12. So David, great, I didn't know this relation between ISO value and overexposure clipping. Some considerations about it: 1 - if we shoot in Log, we already obtain a reasonable dynamic range even if we use a low ISO value..., and we can recover detail in the highlights in post production, but with a minimal noise impact. So, why increase ISO? 2 - there is tons of noise effects to add to a footage... but remove noise is a process many many more complicated, and it compromise always the footage quality. 3 - in my approach, as inexperienced cinematographer, I let me guide by "contrast" (I thing it's still the best school). It mean basically that, I have to decide what should be rightly exposed and what not, inside the image. I don't like recent low contrast "log" mood... s Shortly, I don't prefer have details in highlights (with a noised footage...) rather then having detail in a focused area which is important, and in which I don't need noise. Okay, we are talking about an aesthetic approach, where all should be possible, anyway, I tend to create a clear and contrasted images as general approach. If I need grain, I add it in post. Many thanks for your reply!
  13. HI Igor, thanks for your reply. yes, first, we have to test every single camera (sensor) in use to see how ISO value works, as David mentioned. Than we could also decide if we want use an high ISO even if shouldn't be necessary, to noise footage. Or stay in a pretty clean image situation, as you said, "...to make the indoors/night shots pristine clear so you light up the set to levels for say f4, ISO 100, 1/50...". Again, my was a general approach for DSRL Canon I used. A rough approach...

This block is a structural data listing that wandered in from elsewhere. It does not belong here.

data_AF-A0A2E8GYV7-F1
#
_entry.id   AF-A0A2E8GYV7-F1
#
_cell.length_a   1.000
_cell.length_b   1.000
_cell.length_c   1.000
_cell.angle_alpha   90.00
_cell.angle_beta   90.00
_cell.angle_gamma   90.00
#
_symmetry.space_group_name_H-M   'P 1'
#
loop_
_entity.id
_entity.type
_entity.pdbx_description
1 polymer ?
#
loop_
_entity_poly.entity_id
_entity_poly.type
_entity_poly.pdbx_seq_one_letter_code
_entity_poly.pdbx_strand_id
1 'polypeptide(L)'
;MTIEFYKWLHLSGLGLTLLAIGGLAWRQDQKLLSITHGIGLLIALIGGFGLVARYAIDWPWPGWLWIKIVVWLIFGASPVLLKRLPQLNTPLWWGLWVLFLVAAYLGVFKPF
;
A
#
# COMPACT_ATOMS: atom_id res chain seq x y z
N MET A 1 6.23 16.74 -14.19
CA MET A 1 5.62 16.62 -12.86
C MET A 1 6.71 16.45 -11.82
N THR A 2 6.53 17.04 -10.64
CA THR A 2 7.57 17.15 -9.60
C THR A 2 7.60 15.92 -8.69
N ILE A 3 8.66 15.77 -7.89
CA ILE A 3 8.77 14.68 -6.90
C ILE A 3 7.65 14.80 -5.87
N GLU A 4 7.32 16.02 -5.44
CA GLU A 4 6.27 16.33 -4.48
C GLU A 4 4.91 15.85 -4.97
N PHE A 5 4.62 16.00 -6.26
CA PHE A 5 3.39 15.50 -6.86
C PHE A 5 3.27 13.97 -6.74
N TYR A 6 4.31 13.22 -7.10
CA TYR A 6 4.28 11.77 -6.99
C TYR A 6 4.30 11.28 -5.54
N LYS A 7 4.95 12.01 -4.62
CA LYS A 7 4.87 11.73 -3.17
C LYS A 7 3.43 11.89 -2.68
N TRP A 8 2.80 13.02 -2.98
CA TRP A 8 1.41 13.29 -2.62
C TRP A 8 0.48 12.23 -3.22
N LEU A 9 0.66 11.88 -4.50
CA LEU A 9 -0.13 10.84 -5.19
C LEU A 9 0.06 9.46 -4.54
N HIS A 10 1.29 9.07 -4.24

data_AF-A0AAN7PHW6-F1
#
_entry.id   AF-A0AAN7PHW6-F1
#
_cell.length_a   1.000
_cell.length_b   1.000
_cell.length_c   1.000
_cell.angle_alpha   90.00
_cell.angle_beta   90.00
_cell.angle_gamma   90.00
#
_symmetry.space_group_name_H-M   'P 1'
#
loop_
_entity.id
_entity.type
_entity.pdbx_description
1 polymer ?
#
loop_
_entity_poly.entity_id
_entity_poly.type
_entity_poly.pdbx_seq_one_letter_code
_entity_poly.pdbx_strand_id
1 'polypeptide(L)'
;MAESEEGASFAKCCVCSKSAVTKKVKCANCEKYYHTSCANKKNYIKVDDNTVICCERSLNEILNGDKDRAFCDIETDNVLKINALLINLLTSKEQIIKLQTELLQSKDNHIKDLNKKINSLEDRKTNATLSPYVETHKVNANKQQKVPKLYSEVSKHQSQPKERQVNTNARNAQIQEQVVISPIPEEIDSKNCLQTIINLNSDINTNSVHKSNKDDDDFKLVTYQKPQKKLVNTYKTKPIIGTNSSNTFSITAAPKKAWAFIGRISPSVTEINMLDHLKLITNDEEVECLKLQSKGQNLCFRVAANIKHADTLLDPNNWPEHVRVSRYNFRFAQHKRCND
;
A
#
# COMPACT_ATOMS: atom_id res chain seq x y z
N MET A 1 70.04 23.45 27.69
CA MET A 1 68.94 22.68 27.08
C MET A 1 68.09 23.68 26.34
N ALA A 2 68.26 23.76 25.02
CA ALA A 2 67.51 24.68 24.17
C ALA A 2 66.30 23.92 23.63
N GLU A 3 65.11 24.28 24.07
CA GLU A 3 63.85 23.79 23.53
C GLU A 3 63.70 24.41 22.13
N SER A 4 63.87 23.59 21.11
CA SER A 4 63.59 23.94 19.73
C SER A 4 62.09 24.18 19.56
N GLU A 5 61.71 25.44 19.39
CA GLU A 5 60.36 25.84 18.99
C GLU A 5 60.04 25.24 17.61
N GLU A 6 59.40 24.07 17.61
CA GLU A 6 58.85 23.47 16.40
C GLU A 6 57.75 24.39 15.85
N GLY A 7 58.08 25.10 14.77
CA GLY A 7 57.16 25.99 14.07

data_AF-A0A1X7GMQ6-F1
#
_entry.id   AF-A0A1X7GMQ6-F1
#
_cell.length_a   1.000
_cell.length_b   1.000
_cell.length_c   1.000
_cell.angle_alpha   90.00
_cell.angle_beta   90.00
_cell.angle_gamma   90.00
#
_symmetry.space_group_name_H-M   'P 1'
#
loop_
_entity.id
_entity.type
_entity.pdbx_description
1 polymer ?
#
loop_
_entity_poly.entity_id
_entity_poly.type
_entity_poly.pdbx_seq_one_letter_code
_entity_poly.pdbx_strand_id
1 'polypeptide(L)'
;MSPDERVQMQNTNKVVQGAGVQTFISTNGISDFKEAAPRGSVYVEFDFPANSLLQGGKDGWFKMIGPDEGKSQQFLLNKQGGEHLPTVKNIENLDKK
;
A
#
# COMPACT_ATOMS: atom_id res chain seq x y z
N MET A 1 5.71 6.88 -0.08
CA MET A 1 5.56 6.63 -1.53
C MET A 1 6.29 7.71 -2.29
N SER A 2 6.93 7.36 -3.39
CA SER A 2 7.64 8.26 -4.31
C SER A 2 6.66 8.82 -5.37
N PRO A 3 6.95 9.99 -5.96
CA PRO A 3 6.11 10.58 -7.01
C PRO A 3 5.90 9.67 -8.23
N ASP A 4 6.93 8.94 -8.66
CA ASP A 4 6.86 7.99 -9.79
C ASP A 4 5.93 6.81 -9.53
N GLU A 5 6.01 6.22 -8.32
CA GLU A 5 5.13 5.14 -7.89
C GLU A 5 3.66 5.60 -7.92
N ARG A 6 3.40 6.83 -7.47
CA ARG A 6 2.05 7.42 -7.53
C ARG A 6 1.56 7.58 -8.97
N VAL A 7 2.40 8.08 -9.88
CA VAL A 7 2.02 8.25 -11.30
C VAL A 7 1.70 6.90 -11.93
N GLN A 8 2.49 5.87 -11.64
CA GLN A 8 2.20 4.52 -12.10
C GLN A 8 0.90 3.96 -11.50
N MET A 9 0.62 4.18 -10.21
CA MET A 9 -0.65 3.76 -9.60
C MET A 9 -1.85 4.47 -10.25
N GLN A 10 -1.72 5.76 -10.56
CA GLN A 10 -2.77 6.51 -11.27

14. Hi David, every camera of course has different sensor sensibility, my example was a general approach for DSRL, but yes, it to much rough. We should test every camera in use to see which are the ISO limits. My general consideration was that in outdoor daily scene we have always more light then in indoor scene, so there is not reason to push up the ISO value.
  15. Hi David, It want to be only a starting point to understand the concept. I mean: one could say the opposite, namely, being the light of the day made up of a multitude of color temperatures, there is no point even out the color temperature. In addition we should add another consideration: without a color meter is impossible to work taking into account all color temperatures. And most of indi cinematographer have not a color meter (really expensive). Anyway, to reach a superior step, you are completely right: we can have a rough approach to color temperature, but we should also take care about shading (i.e, stage costumes, stage furniture colors). It a very complex work...
  16. Hi guys, in internet is a huge mass of misinformation, often even completely wrong ... which is why I kindly ask if what I wrote is right, or not. A reply would be great contribution for everybody. Cheers and many thanks.